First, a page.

The Other Side of the Operating Table

It’s hard to settle into sleep tonight. It always is on nights like tonight. I’m not a stranger to these feelings.

It’s the evening before surgery. My mind is swirling with images and emotions that I subconsciously bury deep inside until I’m facing surgery head-on again. Only then do they reappear in detail, almost as if they occurred yesterday.

But tonight is different. This time, I’m not the one physically having the surgery.

Tomorrow at 11 am eastern, I will be on the opposite side of the operating table and it’s a place that I’m finding is uncomfortable to be. Especially because the person having surgery has been on the opposite side of my operating table since I was three months old.

surgery 11surgery 12  surgery 9 surgery 8 surgery 7 surgery 6 surgery 3 surgery 2

Tomorrow, I will watch my mom put her clothes and belongings in a plastic personal belongings bag in exchange for a ill-fitting hospital gown and light blue grippy socks.

I will watch as she climbs under the paper thin sheet of the cot and lays her head against the stiff pillow.

I will watch as the nurse comes in and asks if she’s cold and if she’d like warm blankets put over her. I’m guessing she’ll say yes. She doesn’t like being cold.

I will watch as they slide an IV needle into her vein and start the slow drip of antibiotics and pain medications that will flow into her blood stream.

I will watch as the surgeon and anesthesiologist come in the room and explain the operation. Then I know my dad will ask if we can all pray together, because that’s what he’s always done and we’re a family that believes in the power of prayer.

Then I’ll reach over and squeeze her hand. A hand that has held mine so many times.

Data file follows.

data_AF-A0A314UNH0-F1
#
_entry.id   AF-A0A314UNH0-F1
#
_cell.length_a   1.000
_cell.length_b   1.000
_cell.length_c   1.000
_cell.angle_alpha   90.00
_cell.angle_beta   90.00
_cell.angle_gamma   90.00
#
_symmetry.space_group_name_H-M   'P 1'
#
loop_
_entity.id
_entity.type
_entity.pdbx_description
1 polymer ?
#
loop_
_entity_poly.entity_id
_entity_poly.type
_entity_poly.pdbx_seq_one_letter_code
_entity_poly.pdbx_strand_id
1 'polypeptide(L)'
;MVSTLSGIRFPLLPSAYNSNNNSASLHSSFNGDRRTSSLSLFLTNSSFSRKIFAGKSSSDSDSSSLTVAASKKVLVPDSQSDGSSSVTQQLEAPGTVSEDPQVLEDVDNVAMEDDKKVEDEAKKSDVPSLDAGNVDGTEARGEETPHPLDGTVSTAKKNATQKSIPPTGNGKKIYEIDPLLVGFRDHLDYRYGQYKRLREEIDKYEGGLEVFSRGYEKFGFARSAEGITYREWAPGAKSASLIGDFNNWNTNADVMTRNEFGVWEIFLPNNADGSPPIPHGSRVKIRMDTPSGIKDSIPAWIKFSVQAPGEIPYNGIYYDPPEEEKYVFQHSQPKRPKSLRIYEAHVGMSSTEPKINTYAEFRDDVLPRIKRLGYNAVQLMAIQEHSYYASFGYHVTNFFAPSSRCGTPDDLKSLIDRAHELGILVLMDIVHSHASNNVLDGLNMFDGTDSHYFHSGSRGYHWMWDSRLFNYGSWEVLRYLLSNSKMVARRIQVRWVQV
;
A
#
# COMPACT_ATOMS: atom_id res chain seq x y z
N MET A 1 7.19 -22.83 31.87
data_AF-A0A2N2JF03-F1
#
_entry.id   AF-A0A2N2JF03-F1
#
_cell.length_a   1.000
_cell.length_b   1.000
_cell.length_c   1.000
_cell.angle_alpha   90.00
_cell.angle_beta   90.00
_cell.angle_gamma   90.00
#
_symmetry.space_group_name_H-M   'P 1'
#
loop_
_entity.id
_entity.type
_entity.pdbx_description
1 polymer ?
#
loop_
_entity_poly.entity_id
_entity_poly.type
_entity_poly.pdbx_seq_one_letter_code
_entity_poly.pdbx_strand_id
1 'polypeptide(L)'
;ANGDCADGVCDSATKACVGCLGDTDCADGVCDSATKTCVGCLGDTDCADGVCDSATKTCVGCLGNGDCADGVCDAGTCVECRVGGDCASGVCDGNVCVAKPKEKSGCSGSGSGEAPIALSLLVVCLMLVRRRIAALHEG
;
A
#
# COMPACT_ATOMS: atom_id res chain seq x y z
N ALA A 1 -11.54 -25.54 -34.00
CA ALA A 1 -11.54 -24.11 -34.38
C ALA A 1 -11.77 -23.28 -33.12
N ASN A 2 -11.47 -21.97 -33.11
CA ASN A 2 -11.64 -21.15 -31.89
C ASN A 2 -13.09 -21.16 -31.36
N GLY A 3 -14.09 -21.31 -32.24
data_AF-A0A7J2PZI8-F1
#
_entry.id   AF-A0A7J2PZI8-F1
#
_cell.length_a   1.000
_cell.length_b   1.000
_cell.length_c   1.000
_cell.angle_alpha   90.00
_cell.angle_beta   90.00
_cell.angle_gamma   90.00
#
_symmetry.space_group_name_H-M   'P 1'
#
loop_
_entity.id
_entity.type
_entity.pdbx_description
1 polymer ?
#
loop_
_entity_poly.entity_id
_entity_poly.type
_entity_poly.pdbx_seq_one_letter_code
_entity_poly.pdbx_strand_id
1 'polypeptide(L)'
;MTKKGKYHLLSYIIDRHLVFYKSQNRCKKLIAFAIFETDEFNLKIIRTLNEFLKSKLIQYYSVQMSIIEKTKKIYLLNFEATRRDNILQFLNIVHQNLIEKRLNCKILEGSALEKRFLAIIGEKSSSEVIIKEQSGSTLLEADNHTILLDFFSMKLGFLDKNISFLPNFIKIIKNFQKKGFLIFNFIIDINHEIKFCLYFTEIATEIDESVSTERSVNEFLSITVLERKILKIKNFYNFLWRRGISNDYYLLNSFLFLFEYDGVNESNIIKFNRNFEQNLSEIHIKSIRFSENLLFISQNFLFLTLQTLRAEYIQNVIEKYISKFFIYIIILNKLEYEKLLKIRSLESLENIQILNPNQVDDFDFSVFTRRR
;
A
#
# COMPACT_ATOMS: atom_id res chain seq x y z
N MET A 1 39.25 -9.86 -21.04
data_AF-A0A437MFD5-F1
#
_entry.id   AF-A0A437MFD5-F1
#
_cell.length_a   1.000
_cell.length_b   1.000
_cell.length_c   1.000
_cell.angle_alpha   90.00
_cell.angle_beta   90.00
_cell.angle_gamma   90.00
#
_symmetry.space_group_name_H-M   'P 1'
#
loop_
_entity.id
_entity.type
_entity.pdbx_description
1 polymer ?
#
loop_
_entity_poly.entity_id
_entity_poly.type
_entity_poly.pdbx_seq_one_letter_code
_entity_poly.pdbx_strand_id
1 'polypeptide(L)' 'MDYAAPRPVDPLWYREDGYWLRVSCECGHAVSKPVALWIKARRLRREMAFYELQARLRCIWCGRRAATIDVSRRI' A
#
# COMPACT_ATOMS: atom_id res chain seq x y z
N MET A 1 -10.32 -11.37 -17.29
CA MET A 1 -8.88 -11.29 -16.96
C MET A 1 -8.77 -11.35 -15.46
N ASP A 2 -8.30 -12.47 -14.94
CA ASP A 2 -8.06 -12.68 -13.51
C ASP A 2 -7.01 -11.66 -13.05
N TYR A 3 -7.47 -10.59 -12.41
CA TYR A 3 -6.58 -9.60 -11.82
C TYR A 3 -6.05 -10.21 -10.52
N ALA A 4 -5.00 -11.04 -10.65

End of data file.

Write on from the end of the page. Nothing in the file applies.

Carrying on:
I will watch as she gives me a smile and I’ll give her one back and whisper, “I love you very much and I’m proud of you”.

I will probably feel a warm tear roll down my cheek as they wheel her into the operating room and I know for certain that I will be wishing that I could take her place.

But then I don’t know what I will do because it’s a place I’ve never been in before.

But I do know that when she wakes up, I will be there to wipe the hairs off her forehead and tell her that she did a great job.

I will feed her ice chips because her throat will feel like sand paper.

I will get the nurse when the pain seems unbearable.

We will probably name her IV machine. Because that’s what we’ve always done.

I will be there to steady her when she’s forced to get up and walk for the first time.

I will catch her vomit if I need to. I know how nauseating anesthesia can make you.

Once she’s feeling a little better, I’ll bring her a peppermint patty from the gift shop, because that’s what she always brought me.

I will watch her sleep and while she does, I will read my Bible and pray. Because that’s what I’ve always seen her do.

surgery 4

Friends, please cover my mom in prayer tomorrow at 11 am eastern time. She is having a complicated cranial surgery performed to correct a rare condition in her inner ear. The surgery will take approximately 3-4 hours and the risks are many. She will be in ICU for 1-3 days and the hospital 4-8, depending on the severity of her condition once they are “in there”. Pray for full restoration of her hearing and a “better-than-expected” recovery. Pray for stamina for my dad. Pray for the surgeon and nurses. And I know my mom would want me to ask you to pray that whatever happens tomorrow would bring God glory.

Because that’s what she always prayed for me.

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(This verse has been a rock for my mom throughout these past 6 months)

-Adri